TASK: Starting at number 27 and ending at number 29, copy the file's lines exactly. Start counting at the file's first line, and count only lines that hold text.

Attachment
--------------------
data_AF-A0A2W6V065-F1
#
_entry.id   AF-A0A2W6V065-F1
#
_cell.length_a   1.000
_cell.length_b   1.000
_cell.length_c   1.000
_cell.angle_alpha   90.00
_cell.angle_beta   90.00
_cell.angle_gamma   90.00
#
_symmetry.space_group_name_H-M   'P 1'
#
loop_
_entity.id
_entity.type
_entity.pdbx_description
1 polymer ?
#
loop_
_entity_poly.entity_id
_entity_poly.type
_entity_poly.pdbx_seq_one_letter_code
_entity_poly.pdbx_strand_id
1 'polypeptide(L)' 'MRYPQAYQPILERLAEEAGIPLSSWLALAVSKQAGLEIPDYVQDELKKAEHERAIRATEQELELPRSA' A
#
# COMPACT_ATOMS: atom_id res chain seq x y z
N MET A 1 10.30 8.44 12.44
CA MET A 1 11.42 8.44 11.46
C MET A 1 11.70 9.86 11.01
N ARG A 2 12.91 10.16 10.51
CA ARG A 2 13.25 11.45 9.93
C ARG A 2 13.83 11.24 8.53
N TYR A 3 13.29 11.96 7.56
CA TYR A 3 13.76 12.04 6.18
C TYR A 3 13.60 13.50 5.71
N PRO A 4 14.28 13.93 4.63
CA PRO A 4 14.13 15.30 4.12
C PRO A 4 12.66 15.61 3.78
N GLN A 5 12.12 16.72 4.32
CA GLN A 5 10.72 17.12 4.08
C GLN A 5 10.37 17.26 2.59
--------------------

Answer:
# COMPACT_ATOMS: atom_id res chain seq x y z
N MET A 1 10.30 8.44 12.44
CA MET A 1 11.42 8.44 11.46